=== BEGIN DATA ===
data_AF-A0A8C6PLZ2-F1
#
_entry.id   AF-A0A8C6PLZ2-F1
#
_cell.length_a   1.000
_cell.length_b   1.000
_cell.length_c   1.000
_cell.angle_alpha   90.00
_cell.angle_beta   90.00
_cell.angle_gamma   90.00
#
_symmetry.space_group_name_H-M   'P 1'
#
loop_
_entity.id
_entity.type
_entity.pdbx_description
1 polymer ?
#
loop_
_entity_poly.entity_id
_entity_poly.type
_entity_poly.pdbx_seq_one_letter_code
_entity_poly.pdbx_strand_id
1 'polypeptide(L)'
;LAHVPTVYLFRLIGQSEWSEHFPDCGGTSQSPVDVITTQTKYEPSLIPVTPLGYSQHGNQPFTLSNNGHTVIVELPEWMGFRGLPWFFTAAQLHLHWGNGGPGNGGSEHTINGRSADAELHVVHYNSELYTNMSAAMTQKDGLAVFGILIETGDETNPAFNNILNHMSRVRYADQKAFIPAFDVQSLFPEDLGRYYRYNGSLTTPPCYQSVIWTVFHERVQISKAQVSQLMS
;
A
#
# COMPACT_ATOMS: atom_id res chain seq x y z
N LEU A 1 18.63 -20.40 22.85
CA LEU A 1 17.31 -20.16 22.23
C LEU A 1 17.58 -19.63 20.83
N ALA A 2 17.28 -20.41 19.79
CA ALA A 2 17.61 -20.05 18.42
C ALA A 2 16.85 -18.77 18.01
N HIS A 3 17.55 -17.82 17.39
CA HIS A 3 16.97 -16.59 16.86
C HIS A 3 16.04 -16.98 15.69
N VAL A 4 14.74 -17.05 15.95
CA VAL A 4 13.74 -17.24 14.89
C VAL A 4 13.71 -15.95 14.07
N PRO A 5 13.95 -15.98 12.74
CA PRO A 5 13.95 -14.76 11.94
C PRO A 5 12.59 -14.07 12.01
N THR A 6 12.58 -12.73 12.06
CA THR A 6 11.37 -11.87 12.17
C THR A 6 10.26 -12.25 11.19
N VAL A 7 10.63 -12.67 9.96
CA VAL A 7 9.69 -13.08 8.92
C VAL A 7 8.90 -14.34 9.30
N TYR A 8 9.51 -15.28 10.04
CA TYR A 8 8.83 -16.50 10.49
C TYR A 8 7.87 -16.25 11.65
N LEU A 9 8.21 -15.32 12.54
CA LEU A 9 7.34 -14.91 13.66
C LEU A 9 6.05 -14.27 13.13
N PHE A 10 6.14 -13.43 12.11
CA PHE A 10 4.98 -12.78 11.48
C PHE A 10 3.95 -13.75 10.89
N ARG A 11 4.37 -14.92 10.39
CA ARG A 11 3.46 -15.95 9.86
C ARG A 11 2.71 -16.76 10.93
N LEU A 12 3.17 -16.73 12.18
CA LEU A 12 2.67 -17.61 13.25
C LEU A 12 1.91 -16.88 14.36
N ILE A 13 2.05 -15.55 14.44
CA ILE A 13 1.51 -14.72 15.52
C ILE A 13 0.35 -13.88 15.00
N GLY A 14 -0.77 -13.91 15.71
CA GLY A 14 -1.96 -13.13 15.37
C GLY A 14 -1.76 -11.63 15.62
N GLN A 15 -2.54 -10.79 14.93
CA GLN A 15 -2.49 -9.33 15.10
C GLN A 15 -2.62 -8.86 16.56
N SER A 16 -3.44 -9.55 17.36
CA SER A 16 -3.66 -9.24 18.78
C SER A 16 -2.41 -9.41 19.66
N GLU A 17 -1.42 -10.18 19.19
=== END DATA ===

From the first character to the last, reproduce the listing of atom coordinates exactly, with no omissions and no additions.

data_AF-A0A8C6PLZ2-F1
#
_entry.id   AF-A0A8C6PLZ2-F1
#
_cell.length_a   1.000
_cell.length_b   1.000
_cell.length_c   1.000
_cell.angle_alpha   90.00
_cell.angle_beta   90.00
_cell.angle_gamma   90.00
#
_symmetry.space_group_name_H-M   'P 1'
#
loop_
_entity.id
_entity.type
_entity.pdbx_description
1 polymer ?
#
loop_
_entity_poly.entity_id
_entity_poly.type
_entity_poly.pdbx_seq_one_letter_code
_entity_poly.pdbx_strand_id
1 'polypeptide(L)'
;LAHVPTVYLFRLIGQSEWSEHFPDCGGTSQSPVDVITTQTKYEPSLIPVTPLGYSQHGNQPFTLSNNGHTVIVELPEWMGFRGLPWFFTAAQLHLHWGNGGPGNGGSEHTINGRSADAELHVVHYNSELYTNMSAAMTQKDGLAVFGILIETGDETNPAFNNILNHMSRVRYADQKAFIPAFDVQSLFPEDLGRYYRYNGSLTTPPCYQSVIWTVFHERVQISKAQVSQLMS
;
A
#
# COMPACT_ATOMS: atom_id res chain seq x y z
N LEU A 1 18.63 -20.40 22.85
CA LEU A 1 17.31 -20.16 22.23
C LEU A 1 17.58 -19.63 20.83
N ALA A 2 17.28 -20.41 19.79
CA ALA A 2 17.61 -20.05 18.42
C ALA A 2 16.85 -18.77 18.01
N HIS A 3 17.55 -17.82 17.39
CA HIS A 3 16.97 -16.59 16.86
C HIS A 3 16.04 -16.98 15.69
N VAL A 4 14.74 -17.05 15.95
CA VAL A 4 13.74 -17.24 14.89
C VAL A 4 13.71 -15.95 14.07
N PRO A 5 13.95 -15.98 12.74
CA PRO A 5 13.95 -14.76 11.94
C PRO A 5 12.59 -14.07 12.01
N THR A 6 12.58 -12.73 12.06
CA THR A 6 11.37 -11.87 12.17
C THR A 6 10.26 -12.25 11.19
N VAL A 7 10.63 -12.67 9.96
CA VAL A 7 9.69 -13.08 8.92
C VAL A 7 8.90 -14.34 9.30
N TYR A 8 9.51 -15.28 10.04
CA TYR A 8 8.83 -16.50 10.49
C TYR A 8 7.87 -16.25 11.65
N LEU A 9 8.21 -15.32 12.54
CA LEU A 9 7.34 -14.91 13.66
C LEU A 9 6.05 -14.27 13.13
N PHE A 10 6.14 -13.43 12.11
CA PHE A 10 4.98 -12.78 11.48
C PHE A 10 3.95 -13.75 10.89
N ARG A 11 4.37 -14.92 10.39
CA ARG A 11 3.46 -15.95 9.86
C ARG A 11 2.71 -16.76 10.93
N LEU A 12 3.17 -16.73 12.18
CA LEU A 12 2.67 -17.61 13.25
C LEU A 12 1.91 -16.88 14.36
N ILE A 13 2.05 -15.55 14.44
CA ILE A 13 1.51 -14.72 15.52
C ILE A 13 0.35 -13.88 15.00
N GLY A 14 -0.77 -13.91 15.71
CA GLY A 14 -1.96 -13.13 15.37
C GLY A 14 -1.76 -11.63 15.62
N GLN A 15 -2.54 -10.79 14.93
CA GLN A 15 -2.49 -9.33 15.10
C GLN A 15 -2.62 -8.86 16.56
N SER A 16 -3.44 -9.55 17.36
CA SER A 16 -3.66 -9.24 18.78
C SER A 16 -2.41 -9.41 19.66
N GLU A 17 -1.42 -10.18 19.19